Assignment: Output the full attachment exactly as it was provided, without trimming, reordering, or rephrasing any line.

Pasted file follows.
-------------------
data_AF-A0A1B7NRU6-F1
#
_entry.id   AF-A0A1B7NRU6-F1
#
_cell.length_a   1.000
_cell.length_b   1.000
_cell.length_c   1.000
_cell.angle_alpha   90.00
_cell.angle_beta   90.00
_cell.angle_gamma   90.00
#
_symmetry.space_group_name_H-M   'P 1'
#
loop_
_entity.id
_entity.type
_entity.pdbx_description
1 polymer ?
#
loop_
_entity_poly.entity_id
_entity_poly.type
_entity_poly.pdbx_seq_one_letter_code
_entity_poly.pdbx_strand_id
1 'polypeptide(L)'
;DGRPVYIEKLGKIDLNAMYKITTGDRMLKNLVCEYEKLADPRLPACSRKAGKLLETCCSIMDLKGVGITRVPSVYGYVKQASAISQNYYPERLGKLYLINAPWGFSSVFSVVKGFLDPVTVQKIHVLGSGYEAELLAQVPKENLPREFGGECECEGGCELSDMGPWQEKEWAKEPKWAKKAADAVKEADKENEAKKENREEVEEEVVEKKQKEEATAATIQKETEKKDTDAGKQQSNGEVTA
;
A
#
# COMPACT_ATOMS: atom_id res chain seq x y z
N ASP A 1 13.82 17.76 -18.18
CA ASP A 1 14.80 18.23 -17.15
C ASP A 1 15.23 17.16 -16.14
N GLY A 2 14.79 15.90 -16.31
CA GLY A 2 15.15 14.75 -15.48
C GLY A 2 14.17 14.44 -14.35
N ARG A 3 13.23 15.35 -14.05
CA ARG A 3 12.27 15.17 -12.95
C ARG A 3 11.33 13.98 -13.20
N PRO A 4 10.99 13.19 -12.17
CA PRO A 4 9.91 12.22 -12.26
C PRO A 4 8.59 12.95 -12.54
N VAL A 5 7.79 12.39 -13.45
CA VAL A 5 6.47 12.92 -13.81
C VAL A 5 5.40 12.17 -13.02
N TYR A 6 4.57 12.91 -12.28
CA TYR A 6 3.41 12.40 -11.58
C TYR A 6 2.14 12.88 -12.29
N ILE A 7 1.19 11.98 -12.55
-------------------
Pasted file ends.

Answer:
data_AF-A0A1B7NRU6-F1
#
_entry.id   AF-A0A1B7NRU6-F1
#
_cell.length_a   1.000
_cell.length_b   1.000
_cell.length_c   1.000
_cell.angle_alpha   90.00
_cell.angle_beta   90.00
_cell.angle_gamma   90.00
#
_symmetry.space_group_name_H-M   'P 1'
#
loop_
_entity.id
_entity.type
_entity.pdbx_description
1 polymer ?
#
loop_
_entity_poly.entity_id
_entity_poly.type
_entity_poly.pdbx_seq_one_letter_code
_entity_poly.pdbx_strand_id
1 'polypeptide(L)'
;DGRPVYIEKLGKIDLNAMYKITTGDRMLKNLVCEYEKLADPRLPACSRKAGKLLETCCSIMDLKGVGITRVPSVYGYVKQASAISQNYYPERLGKLYLINAPWGFSSVFSVVKGFLDPVTVQKIHVLGSGYEAELLAQVPKENLPREFGGECECEGGCELSDMGPWQEKEWAKEPKWAKKAADAVKEADKENEAKKENREEVEEEVVEKKQKEEATAATIQKETEKKDTDAGKQQSNGEVTA
;
A
#
# COMPACT_ATOMS: atom_id res chain seq x y z
N ASP A 1 13.82 17.76 -18.18
CA ASP A 1 14.80 18.23 -17.15
C ASP A 1 15.23 17.16 -16.14
N GLY A 2 14.79 15.90 -16.31
CA GLY A 2 15.15 14.75 -15.48
C GLY A 2 14.17 14.44 -14.35
N ARG A 3 13.23 15.35 -14.05
CA ARG A 3 12.27 15.17 -12.95
C ARG A 3 11.33 13.98 -13.20
N PRO A 4 10.99 13.19 -12.17
CA PRO A 4 9.91 12.22 -12.26
C PRO A 4 8.59 12.95 -12.54
N VAL A 5 7.79 12.39 -13.45
CA VAL A 5 6.47 12.92 -13.81
C VAL A 5 5.40 12.17 -13.02
N TYR A 6 4.57 12.91 -12.28
CA TYR A 6 3.41 12.40 -11.58
C TYR A 6 2.14 12.88 -12.29
N ILE A 7 1.19 11.98 -12.55